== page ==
Smart Tech Finally Comes to the FIFA World Cup
Smart Tech Finally Comes to the FIFA World Cup
Want to find out how your favorite football teams are using IoT and other smart technologies? Check out this post to learn more.
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The introduction of sports technology in any official capacity can be painfully slow as regulatory bodies have to seek expert advice, guidelines have to be drawn up, and any ruling made can impact each team's players and the future of the sport. Football (soccer) has been particularly slow to modernize, but a number of technologies have been introduced that are making the game a lot more interesting. Let's take a look:
Goal Line Technology
The last World Cup in Brazil saw the debut of goal-line technology. This was the first time referees had ever received any kind of artificial help in making decisions. The GoalControl-4D system is equipped with 14 high-speed cameras located around the pitch, with seven cameras focussing on each goalmouth. Using a special detection software, the ball is filtered out from the image sequences and its real-time position is automatically calculated as X, Y and Z coordinates as well as speed, making it 4D. If the ball has fully crossed the goal-line, the central processing unit automatically sends an encrypted radio signal to the referee’s watch in less than one second, indicating a goal by means of vibration and a visual signal. Goal line tech, such as Goal Ref and Hawk-Eye, has been used in a number of sports for some time, including tennis.
Not everyone is supporting the technology, showing a bit of a press beat up. The Russian state telecommunications regulator has revealed that four fire alarm detectors operating in the Luzhniki Stadium in Rostov, during Portugal’s win over Morocco, used the same frequency range (between 868.3 and 868.8 MHz) as goal-line technology. It was also claimed that in Rostov, local phone company Tetra’s communication service was also tuned to the same frequency as GLT inside the Rostov Arena. The regulators do however claim that “there was and is no threat to the system of goal detection at Luzhniki.” Arguably, these are problems to iron out for next time.
Video Assistant Referee
The International Football Association Board (IFAB) gave the green light in March 2018 for the use of video assistant referee (VAR) in football. It is, however, only be used to correct clear and obvious errors and missed incidents in defined match-changing decisions. The referees at the World Cup can decide to rely on the verbal information from the video assistant referee or to review the video footage of the incident in question themselves on the side of the field of play on a monitor before making their decision.
However, its use has not been without controversy during the World Cup. In the letter that has been publicly published, the Royal Moroccan Football Federation (FRMF) President Fouzi Lekjaa questioned a number of refereeing decisions (three in the game against Portugal and five during the Spain game) that he said directly hampered the team’s World Cup run. Part of the complaint suggested that the VAR were used unfairly. In the games against Portugal and Spain, for example, VAR had been used only to benefit Morocco’s rivals and was never used to assist the Moroccan national team, according to Lekjaa.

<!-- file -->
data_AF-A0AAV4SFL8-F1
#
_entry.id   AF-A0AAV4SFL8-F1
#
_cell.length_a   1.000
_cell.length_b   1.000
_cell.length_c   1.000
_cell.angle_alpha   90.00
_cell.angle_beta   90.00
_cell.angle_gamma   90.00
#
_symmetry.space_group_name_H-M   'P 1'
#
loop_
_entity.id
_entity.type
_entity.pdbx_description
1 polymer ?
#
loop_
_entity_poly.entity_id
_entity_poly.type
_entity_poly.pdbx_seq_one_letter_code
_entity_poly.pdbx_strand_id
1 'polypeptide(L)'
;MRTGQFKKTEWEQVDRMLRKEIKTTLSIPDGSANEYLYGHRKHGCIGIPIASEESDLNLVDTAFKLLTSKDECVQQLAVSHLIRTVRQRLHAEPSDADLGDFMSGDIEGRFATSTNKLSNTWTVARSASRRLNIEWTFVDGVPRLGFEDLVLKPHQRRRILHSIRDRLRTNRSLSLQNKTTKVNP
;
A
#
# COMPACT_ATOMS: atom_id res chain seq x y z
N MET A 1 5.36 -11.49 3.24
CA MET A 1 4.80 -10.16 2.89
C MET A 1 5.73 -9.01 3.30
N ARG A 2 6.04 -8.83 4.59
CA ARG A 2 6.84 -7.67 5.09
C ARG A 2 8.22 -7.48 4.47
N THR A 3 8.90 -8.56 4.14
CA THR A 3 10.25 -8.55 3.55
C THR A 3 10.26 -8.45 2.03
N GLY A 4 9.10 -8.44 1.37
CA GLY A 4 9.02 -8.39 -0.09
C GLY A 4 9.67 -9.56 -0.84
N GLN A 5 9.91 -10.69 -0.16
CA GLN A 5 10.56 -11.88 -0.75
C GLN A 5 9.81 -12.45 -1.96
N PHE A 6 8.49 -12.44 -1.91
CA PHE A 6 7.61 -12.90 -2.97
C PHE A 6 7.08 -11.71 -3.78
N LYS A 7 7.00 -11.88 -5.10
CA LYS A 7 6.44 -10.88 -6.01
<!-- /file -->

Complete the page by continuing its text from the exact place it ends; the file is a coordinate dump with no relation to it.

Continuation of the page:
“We believe without a shadow of doubt that the refereeing mistakes — especially those which occurred in the crucial games against Portugal and Spain — seriously hampered our team by denying it the chance to compete on an equal footing for qualification with the other teams in the group. The seriousness of the mistakes mentioned above is even more apparent when one considers the fact that in these two games (against Portugal and Spain), video technology was only used to benefit our rivals.” Sore losers or something more?
Electronic Performance and Tracking Systems
FIFA has made a number of tools available at each match of the FIFA World Cup. The technical and medical staff of the participating teams have dedicated workstations and a dedicated line to communicate with the coaching and medical staff on the bench. Positional data from two optical tracking cameras located on the main tribune that track the players and ball is available to the analysts in real time alongside live footage from selected tactical cameras. The insights from the technical information and the provided communication link allow for constant real-time interaction that can feed into their decisions during the match.
Each national team competing at the World Cup received two tablets from FIFA — one for an analyst sitting high in the stadium and the other for a coach on the touchline. These devices allow teams to access player tracking data and communicate via voice, text messages, still images, and tactical drawings.
Smart Soccer Ball
The Telstar 18 has an embedded Near Field Communication (NFC) chip. This is purely for consumer use and will not help players track their kicks or headers. It's more of a fan experience that works with both Android and iOS devices.
While this is the first time such technology has been used in an official match, it's not the first time that we’ve come across a smart soccer ball. Adidas smart balls have been around for a while. InsideCoach also offers a smart football that contains motion detection technology that records force of impact, spin, position, trajectory, number of ball passes, number of ball touches, play time, and reports directly to your mobile device in real time, making it your own personal coach on the field.
For more information on tech in the world cup, take a look at my articles on sports wearables and smart stadiums.
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